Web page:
Early Detection Research Network

Selective detection of histologically aggressive prostate cancer: an Early Detection Research Network Prediction model to reduce unnecessary prostate biopsies with validation in the Prostate Cancer Prevention Trial.

Limited survival benefit and excess treatment because of prostate-specific antigen (PSA) screening in randomized trials suggests a need for more restricted selection of prostate biopsy candidates by discerning risk of histologically aggressive versus indolent cancer before biopsy.

Subjects undergoing first prostate biopsy enrolled in a multicenter, prospective cohort of the National Cancer Institute Early Detection Research Network (N = 635) were analyzed to develop a model for predicting histologically aggressive prostate cancers. The control arm of the Prostate Cancer Prevention Trial (N = 3833) was used to validate the generalization of the predictive model.

The Early Detection Research Network cohort was comprised of men among whom 57% had no cancer, 14% had indolent cancer, and 29% had aggressive cancer. Age, body mass index, family history of prostate cancer, abnormal digital rectal examination (DRE), and PSA density (PSAD) were associated with aggressive cancer (all P < .001). The Early Detection Research Network model outperformed PSA alone in predicting aggressive cancer (area under the curve [AUC] = 0.81 vs 0.71, P < .01). Model validation in the Prostate Cancer Prevention Trial cohort accurately identified men at low (<10%) risk of aggressive cancer for whom biopsy could be averted (AUC = 0.78; 95% confidence interval, 0.75-0.80). Under criteria from the Early Detection Research Network model, prostate biopsy can be restricted to men with PSAD >0.1 ng/mL/cc or abnormal DRE. When PSAD is <0.1 ng/mL/cc, family history or obesity can identify biopsy candidates.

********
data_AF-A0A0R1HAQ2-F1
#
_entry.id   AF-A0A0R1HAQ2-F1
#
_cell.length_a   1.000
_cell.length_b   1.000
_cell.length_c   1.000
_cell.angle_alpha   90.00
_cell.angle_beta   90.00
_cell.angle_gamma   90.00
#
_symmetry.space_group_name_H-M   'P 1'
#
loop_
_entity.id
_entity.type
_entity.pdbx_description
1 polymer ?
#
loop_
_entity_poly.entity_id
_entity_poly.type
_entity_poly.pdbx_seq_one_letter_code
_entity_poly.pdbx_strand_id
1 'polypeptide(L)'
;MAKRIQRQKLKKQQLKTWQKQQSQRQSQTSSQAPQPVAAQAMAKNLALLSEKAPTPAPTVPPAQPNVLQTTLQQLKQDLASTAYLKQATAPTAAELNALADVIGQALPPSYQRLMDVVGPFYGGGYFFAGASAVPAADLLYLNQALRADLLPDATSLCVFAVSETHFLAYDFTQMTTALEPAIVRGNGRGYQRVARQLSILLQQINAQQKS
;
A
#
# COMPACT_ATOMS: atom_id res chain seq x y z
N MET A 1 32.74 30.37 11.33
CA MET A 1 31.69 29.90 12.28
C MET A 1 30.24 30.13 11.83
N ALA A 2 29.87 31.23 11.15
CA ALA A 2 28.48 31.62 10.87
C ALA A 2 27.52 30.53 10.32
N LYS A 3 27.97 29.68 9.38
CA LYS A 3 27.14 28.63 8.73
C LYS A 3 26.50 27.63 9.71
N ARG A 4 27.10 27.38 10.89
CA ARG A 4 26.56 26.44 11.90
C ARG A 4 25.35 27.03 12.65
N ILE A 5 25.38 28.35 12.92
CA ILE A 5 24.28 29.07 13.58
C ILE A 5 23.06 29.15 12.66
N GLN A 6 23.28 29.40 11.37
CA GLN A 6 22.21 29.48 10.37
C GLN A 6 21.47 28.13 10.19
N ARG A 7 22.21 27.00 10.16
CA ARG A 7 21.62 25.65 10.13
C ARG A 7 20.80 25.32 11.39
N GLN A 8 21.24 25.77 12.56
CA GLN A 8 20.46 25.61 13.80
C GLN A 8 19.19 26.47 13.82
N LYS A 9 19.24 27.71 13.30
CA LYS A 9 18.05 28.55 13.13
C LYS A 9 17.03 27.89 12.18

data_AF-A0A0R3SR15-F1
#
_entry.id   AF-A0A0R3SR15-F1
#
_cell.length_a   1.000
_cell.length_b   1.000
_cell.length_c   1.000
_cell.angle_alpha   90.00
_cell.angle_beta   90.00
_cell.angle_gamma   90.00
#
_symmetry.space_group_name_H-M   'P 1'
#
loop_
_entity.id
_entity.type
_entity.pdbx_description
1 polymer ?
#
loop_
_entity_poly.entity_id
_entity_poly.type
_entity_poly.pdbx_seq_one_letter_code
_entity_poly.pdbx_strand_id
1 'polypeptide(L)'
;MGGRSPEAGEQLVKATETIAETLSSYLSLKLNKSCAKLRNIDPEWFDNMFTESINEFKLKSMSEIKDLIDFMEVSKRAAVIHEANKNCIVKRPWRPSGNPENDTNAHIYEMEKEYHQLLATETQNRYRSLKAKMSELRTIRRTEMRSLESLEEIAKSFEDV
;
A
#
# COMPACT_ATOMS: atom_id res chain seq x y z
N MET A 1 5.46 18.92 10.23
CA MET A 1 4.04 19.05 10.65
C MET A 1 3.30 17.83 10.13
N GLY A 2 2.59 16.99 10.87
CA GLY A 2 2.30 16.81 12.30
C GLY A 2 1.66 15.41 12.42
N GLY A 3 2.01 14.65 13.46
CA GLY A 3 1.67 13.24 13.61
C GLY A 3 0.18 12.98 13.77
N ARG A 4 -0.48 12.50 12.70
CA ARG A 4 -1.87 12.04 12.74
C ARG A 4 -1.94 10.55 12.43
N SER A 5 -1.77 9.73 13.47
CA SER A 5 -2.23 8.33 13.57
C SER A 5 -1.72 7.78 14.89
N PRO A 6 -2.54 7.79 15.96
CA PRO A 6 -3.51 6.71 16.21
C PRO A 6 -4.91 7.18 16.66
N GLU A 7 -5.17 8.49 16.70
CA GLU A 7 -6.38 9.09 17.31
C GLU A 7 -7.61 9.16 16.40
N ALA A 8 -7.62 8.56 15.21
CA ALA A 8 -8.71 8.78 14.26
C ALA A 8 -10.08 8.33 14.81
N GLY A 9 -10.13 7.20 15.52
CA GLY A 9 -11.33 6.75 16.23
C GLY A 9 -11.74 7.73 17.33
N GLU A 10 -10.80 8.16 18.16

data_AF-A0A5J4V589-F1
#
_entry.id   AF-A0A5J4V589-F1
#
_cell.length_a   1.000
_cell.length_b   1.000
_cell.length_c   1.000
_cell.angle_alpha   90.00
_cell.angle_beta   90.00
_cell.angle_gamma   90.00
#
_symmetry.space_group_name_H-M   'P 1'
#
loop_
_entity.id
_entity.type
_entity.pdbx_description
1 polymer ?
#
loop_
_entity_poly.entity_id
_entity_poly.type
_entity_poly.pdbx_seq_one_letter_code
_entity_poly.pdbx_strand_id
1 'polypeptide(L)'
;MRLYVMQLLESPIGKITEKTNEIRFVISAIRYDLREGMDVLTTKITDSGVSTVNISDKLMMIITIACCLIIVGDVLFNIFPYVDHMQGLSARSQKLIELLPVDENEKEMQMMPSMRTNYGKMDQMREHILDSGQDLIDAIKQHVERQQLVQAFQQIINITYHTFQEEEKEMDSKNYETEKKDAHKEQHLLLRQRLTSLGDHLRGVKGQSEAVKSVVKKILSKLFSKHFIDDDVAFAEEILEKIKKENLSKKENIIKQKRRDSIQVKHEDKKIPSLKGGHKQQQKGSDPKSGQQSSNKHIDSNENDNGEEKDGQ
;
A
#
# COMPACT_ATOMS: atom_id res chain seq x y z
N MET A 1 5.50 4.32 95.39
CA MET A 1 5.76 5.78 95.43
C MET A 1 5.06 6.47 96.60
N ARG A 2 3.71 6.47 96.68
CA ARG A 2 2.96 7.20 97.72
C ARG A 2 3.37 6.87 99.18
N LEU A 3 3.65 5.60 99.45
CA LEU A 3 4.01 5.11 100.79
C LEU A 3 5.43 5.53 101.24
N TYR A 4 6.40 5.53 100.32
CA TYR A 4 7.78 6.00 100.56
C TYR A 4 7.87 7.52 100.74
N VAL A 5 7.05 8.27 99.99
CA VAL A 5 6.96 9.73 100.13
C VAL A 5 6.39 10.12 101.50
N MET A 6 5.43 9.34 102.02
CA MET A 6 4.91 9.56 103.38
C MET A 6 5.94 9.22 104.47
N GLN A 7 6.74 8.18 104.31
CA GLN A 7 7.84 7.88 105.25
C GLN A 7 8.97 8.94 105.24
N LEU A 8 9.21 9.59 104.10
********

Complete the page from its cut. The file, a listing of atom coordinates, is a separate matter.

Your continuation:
A predictive model incorporating age, family history, obesity, PSAD, and DRE elucidates criteria whereby ¼ of prostate biopsies can be averted while retaining high sensitivity in detecting aggressive prostate cancer.

Ankerst DP, Regan MM, Rubin MA, Salami S, Sanda MG, Thompson IM, Wei JT, Williams SB


Cancer, 2012, 118 (10)

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